High interest rates haven't dampened demand for lake houses in Dallas area

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Despite higher mortgage rates, North Texans have continued to buy lake houses.

DALLAS — Read this story and more North Texas business news from our partners at the Dallas Business Journal

Despite elevated mortgage rates and a somewhat cloudy residential real estate picture, the market for lake homes remains hot in North Texas — sultry weather aside.

That’s partly because, while the average interest rate continues to hover near 7% for a 30-year mortgage, many lakeside buyers are paying cash for what is likely a vacation home, said Rogers Healy, a longtime North Texas broker and real estate entrepreneur.

And if they are borrowing money, buyers are often putting down 20% to 30%.

“People that have that kind of disposable income, I don’t think interest rates are going to affect an emotional decision,” Healy said.

That’s good news for property owners along the many lakes in the Dallas-Fort Worth region, as well as the agents who represent them. DFW is home to some of the state’s biggest lake real estate markets.

Lewisville Lake ranked No. 2 overall with a total real estate value of $830.3 million as of May, including both homes and undeveloped land, according to the latest report from brokerage Lake Homes Realty LLC. That was up 7.8% from the spring, Alabama-based Lake Homes Realty calculated using multiple listing service data.

Lewisville Lake, located in Denton County about 25 miles north of Dallas on the Elm Fork of the Trinity River, had 1,126 homes available in May, which ranked No. 2 out of 31 states studied by Lake Homes Realty. And its average price per acre of $133,891 for properties of at least 10 acres was also second in the country.

Some of the other large markets in North Texas included Cedar Creek Lake about an hour southeast of Dallas, which had a total value of $552.9 million (up 5.2%), and Lake Ray Hubbard east of Dallas with a total value of $518.9 million (up 4.9%).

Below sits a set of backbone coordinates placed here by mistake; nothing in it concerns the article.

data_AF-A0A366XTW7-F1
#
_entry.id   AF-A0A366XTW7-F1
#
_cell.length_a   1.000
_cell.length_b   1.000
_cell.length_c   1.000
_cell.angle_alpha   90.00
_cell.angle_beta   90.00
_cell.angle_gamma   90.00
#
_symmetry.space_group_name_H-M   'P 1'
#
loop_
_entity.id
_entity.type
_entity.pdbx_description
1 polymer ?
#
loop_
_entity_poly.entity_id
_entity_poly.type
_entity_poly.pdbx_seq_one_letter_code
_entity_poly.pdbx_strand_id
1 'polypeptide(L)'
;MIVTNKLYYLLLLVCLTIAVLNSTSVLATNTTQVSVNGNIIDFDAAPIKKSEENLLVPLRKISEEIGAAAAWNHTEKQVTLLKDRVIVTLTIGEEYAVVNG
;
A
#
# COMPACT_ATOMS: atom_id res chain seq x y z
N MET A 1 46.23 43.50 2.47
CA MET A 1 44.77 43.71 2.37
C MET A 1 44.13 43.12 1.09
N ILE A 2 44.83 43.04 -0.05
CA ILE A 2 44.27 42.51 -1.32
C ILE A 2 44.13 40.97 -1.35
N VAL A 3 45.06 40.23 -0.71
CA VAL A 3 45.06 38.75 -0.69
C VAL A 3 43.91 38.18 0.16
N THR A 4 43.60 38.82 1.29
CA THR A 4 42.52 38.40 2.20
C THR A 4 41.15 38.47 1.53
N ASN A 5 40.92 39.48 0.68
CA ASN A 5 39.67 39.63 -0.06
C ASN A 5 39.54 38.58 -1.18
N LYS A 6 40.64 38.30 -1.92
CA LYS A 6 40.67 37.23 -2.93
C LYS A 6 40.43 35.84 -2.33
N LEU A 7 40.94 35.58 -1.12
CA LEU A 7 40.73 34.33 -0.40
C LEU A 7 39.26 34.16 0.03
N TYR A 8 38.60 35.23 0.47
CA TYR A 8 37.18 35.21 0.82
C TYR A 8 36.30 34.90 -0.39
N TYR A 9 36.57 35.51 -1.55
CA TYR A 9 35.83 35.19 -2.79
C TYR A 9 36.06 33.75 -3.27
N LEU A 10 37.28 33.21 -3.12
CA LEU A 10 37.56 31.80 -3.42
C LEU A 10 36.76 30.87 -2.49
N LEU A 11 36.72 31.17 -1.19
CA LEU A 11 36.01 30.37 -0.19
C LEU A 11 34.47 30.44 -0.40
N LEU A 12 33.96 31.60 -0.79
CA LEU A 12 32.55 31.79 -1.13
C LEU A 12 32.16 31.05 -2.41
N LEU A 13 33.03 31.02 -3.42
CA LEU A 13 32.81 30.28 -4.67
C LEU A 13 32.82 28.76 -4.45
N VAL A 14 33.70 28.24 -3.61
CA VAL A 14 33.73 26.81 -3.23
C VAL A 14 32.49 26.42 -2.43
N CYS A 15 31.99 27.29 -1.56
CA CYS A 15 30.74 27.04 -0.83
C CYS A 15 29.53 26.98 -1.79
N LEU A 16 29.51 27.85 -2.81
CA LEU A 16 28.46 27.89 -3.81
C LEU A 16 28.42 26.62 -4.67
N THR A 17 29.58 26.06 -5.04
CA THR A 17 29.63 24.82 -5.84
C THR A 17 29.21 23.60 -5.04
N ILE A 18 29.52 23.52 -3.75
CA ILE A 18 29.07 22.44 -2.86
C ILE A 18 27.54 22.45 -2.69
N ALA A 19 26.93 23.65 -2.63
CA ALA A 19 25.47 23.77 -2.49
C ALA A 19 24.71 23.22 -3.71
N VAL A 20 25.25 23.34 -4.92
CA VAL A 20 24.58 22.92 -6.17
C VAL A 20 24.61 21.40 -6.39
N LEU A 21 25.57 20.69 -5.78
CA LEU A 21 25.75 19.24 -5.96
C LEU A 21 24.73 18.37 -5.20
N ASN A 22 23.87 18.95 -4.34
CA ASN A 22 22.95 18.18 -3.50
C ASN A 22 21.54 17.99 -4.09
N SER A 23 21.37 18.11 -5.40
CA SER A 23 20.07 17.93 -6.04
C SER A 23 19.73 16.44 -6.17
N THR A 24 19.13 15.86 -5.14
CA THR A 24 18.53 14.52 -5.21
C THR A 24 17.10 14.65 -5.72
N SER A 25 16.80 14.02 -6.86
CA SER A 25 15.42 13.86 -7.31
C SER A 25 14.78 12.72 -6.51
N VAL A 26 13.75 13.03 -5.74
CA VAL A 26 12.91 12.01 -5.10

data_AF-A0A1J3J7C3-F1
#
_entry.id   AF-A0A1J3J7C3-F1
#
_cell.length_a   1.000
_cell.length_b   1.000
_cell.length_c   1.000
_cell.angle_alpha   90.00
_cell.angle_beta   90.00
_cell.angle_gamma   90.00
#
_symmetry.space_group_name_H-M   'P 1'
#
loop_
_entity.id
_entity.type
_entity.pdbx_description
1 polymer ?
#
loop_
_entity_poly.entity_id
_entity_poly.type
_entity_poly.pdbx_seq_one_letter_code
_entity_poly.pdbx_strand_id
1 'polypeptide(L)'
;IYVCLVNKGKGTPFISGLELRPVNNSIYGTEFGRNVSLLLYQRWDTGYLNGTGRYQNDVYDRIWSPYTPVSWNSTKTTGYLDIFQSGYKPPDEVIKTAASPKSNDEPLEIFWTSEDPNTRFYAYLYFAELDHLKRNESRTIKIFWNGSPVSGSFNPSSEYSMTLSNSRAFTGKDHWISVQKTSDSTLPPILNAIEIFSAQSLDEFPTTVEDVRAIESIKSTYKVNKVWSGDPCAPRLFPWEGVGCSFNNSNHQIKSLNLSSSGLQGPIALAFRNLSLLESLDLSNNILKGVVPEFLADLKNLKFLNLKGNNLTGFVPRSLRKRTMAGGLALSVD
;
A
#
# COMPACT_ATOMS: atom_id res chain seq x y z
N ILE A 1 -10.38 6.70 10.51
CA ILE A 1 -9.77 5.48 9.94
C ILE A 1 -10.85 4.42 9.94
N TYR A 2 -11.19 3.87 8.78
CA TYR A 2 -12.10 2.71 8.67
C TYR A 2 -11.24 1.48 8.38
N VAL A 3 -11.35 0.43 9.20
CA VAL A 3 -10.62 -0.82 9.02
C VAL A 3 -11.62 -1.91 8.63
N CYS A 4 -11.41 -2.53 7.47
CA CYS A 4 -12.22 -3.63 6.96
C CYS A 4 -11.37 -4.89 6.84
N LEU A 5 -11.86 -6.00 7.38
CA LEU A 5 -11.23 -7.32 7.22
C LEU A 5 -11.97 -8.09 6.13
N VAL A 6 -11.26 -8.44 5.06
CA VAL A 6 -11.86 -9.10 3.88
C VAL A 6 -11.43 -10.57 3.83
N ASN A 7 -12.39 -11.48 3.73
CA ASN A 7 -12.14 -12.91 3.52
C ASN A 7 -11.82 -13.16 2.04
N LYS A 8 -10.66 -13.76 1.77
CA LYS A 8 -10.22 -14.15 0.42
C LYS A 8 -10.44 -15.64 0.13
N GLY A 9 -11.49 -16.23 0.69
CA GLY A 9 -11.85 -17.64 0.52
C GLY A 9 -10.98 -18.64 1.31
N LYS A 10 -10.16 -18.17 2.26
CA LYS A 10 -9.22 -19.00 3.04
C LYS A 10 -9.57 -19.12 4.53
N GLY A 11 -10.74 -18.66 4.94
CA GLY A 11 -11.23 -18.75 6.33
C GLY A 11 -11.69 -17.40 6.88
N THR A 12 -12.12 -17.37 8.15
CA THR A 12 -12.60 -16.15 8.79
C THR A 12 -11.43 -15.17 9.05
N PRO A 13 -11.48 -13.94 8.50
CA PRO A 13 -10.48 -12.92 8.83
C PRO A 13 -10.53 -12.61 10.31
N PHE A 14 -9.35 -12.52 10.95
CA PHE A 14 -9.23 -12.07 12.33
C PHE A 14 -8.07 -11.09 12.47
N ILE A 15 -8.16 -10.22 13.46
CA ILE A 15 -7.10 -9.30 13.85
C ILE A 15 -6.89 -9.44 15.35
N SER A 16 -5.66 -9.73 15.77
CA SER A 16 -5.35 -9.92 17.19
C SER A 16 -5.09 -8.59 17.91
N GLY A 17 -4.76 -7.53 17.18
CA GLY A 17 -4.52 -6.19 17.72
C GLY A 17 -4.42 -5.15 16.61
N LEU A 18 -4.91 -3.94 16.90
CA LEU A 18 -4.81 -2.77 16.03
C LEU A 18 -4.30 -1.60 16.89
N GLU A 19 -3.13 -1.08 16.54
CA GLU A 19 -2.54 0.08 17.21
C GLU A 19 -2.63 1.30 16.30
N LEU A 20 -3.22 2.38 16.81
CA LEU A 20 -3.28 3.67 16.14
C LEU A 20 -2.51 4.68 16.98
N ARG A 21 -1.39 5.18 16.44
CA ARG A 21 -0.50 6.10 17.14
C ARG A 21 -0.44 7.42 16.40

10 largest lake real estate markets in Texas, according to Lake Homes Realty:

  1. Lake Travis (Austin area), $967,152,424 total value, up 9.2% from spring
  2. Lewisville Lake $830,336,114, 7.8%
  3. Lake LBJ (Austin area), $778,407,555, 7.3%
  4. Lake Austin (Austin area), $741,490,116, 7.1%
  5. Lady Bird Lake (Austin area), $560,909,853, 5.3%
  6. Cedar Creek Lake, $552,939,183, 5.2%
  7. Lake Ray Hubbard, $518,888,677, 4.9%
  8. Canyon Lake (San Antonio area), $463,665,160, 4.4%
  9. Lake Conroe (Houston area), $442,567,343, 4.2%
  10. Grapevine Lake (Dallas area), $407,235,113, 3.9%

The Lake Homes Realty report also offers some data on the most affordable lake markets. Near DFW, those were Swan Lake and Holly Lake Ranch near Tyler with an average price of $37,800 per acre and $42,448 per acre, respectively.

Looking ahead, Lake Homes Realty CEO Glenn Phillips expects sales of lake properties, including undeveloped lots, to increase 14-18% in 2024 compared with 2023, he wrote in his company’s report. He’s revised his estimates upward in the past few months.

“Demand remains very strong, but the still relatively limited number of properties for sale continues to limit deal flow,” Phillips wrote.

New lake developments in DFW have increased competition but Healy said agents are still seeing consistent demand with hardly any price reductions. The “sweet spot” for lakefront homes is between $2 million and $5 million, he said.

“There’s still enough demand that they can justify retail pricing for second homes, where usually when a real estate market adjusts, the markets that get hit the quickest are second homes and bedroom condos,” said Healy, founder and CEO of The Rogers Healy Cos.

Part of the increase in lakefront real estate value is likely seasonal, he noted. Prices jump when the temperature rises.

In DFW, the average price for a waterfront home is $1.3 million, according to DFW Urban Realty.

North Texas’ robust population growth means the many newcomers, especially those relocating for high-paying jobs, provide a steady supply of new buyers looking for relaxation and recreation not too far from their primary residences.

“The need and the desire for second homes within an hour and a half of downtown Dallas will always be there,” Healy said.

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